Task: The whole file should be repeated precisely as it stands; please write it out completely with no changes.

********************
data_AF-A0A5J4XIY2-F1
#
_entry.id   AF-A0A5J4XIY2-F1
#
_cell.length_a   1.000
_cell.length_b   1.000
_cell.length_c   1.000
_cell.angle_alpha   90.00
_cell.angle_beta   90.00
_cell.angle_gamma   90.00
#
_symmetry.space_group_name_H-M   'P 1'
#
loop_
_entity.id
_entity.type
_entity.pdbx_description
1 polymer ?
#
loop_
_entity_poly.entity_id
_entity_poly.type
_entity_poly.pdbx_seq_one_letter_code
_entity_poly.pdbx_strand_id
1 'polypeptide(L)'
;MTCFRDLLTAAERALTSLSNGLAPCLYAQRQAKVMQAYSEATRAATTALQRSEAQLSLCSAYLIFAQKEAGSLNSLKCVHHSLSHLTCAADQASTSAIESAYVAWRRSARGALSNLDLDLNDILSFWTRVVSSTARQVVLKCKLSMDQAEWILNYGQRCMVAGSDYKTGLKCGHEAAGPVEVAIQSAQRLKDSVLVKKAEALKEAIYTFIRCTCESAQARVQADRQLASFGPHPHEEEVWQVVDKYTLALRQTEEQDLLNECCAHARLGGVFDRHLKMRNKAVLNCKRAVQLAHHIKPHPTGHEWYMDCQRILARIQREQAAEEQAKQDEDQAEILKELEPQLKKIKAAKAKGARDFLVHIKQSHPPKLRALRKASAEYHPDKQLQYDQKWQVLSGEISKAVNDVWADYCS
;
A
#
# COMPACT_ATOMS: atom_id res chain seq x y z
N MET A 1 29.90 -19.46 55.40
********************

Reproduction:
data_AF-A0A5J4XIY2-F1
#
_entry.id   AF-A0A5J4XIY2-F1
#
_cell.length_a   1.000
_cell.length_b   1.000
_cell.length_c   1.000
_cell.angle_alpha   90.00
_cell.angle_beta   90.00
_cell.angle_gamma   90.00
#
_symmetry.space_group_name_H-M   'P 1'
#
loop_
_entity.id
_entity.type
_entity.pdbx_description
1 polymer ?
#
loop_
_entity_poly.entity_id
_entity_poly.type
_entity_poly.pdbx_seq_one_letter_code
_entity_poly.pdbx_strand_id
1 'polypeptide(L)'
;MTCFRDLLTAAERALTSLSNGLAPCLYAQRQAKVMQAYSEATRAATTALQRSEAQLSLCSAYLIFAQKEAGSLNSLKCVHHSLSHLTCAADQASTSAIESAYVAWRRSARGALSNLDLDLNDILSFWTRVVSSTARQVVLKCKLSMDQAEWILNYGQRCMVAGSDYKTGLKCGHEAAGPVEVAIQSAQRLKDSVLVKKAEALKEAIYTFIRCTCESAQARVQADRQLASFGPHPHEEEVWQVVDKYTLALRQTEEQDLLNECCAHARLGGVFDRHLKMRNKAVLNCKRAVQLAHHIKPHPTGHEWYMDCQRILARIQREQAAEEQAKQDEDQAEILKELEPQLKKIKAAKAKGARDFLVHIKQSHPPKLRALRKASAEYHPDKQLQYDQKWQVLSGEISKAVNDVWADYCS
;
A
#
# COMPACT_ATOMS: atom_id res chain seq x y z
N MET A 1 29.90 -19.46 55.40